Profiling Vpenguin

Last time, I benchmarked the Vpenguin functions. This time I will be profiling the Vpenguin functions with perf to see what are the hotspot functions. With the original compiler options on a Aarch64 machine and restricting the performance_test to only only Image_Function functions, I get the following report from perf:

As shown above, looks like Transpose and Resize an image takes the most time. Kind of makes sense since the code should redraw the image in both cases. Let’s focus on Transpose for now. Here’s the source code for the function.

void Transpose( const Image & in, uint32_t startXIn, uint32_t startYIn, Image & out, uint32_t startXOut, uint32_t startYOut,
                uint32_t width, uint32_t height )
{
    ParameterValidation( in, startXIn, startYIn, width, height );
    ParameterValidation( out, startXOut, startYOut, height, width );
    VerifyGrayScaleImage( in, out );

    const uint32_t rowSizeIn  = in.rowSize();
    const uint32_t rowSizeOut = out.rowSize();

    const uint8_t * inX  = in.data()  + startYIn  * rowSizeIn  + startXIn;
    uint8_t       * outY = out.data() + startYOut * rowSizeOut + startXOut;

    const uint8_t * outYEnd = outY + width * rowSizeOut;

    for( ; outY != outYEnd; outY += rowSizeOut, ++inX ) {
        const uint8_t * inY  = inX;
        uint8_t       * outX = outY;

        const uint8_t * outXEnd = outX + height;

        for( ; outX != outXEnd; ++outX, inY += rowSizeIn )
            (*outX) = *(inY);
    }
}

And here’s the annotation for the Transpose from perf:

As expected, storing the new value for the transposed image is taking a while. Honestly, not sure how else I would write this function to avoid this. I have a feeling the similar problem lies with Resize. Let’s have a look at the source code.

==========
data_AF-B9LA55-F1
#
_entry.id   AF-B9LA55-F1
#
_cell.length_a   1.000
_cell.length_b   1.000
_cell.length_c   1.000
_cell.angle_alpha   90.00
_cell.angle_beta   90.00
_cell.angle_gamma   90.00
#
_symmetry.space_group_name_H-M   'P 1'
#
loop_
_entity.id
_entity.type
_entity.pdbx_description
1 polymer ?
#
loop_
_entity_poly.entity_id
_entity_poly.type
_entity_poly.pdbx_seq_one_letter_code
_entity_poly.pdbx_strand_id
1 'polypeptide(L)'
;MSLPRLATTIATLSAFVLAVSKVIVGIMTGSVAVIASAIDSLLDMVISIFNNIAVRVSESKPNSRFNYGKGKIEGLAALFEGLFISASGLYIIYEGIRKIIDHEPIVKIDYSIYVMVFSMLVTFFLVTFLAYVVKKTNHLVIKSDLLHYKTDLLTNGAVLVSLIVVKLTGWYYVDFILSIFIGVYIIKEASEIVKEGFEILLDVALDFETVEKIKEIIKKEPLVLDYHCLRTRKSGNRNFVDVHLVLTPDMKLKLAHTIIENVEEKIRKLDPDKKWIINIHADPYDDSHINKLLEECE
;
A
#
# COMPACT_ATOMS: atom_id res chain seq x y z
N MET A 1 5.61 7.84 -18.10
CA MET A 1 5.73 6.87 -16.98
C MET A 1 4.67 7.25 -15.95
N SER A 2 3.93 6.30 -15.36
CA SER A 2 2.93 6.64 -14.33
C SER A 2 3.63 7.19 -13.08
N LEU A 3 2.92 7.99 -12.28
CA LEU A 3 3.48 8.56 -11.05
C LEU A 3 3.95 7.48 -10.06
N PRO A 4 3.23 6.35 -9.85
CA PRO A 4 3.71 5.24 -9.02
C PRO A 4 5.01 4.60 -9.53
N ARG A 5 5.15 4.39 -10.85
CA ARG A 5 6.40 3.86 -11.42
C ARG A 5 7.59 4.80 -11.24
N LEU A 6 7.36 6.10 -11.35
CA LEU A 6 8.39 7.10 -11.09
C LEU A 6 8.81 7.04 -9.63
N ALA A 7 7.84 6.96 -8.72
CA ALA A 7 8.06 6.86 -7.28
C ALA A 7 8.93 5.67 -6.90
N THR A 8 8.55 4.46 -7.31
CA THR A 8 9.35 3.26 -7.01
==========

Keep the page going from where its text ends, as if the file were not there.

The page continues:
void Resize( const Image & in, uint32_t startXIn, uint32_t startYIn, uint32_t widthIn, uint32_t heightIn, Image & out, uint32_t startXOut, uint32_t startYOut, uint32_t widthOut, uint32_t heightOut )
{
    ParameterValidation( in, startXIn, startYIn, widthIn, heightIn );
    ParameterValidation( out, startXOut, startYOut, widthOut, heightOut );
    VerifyGrayScaleImage( in, out );

    const uint32_t rowSizeIn  = in.rowSize();
    const uint32_t rowSizeOut = out.rowSize();

    const uint8_t * inY  = in.data()  + startYIn  * rowSizeIn  + startXIn;
    uint8_t       * outY = out.data() + startYOut * rowSizeOut + startXOut;

    const uint8_t * outYEnd = outY + heightOut * rowSizeOut;

    uint32_t idY = 0;

    // Precalculation of X position
    std::vector < uint32_t > positionX( widthOut );
    for( uint32_t x = 0; x < widthOut; ++x )
        positionX[x] = x * widthIn / widthOut;

    for( ; outY != outYEnd; outY += rowSizeOut, ++idY ) {
        const uint8_t * inX  = inY + (idY * heightIn / heightOut) * rowSizeIn;
        uint8_t       * outX = outY;

        const uint8_t * outXEnd = outX + widthOut;

        const uint32_t * idX = positionX.data();

        for( ; outX != outXEnd; ++outX, ++idX )
            (*outX) = *(inX + (*idX));
    }
}

And now the profile.

The line thats creating a hotspot is very similar to the one found in Transpose. So once again, I’m stumped as to what I can do. I will look into possible solutions in my next post.

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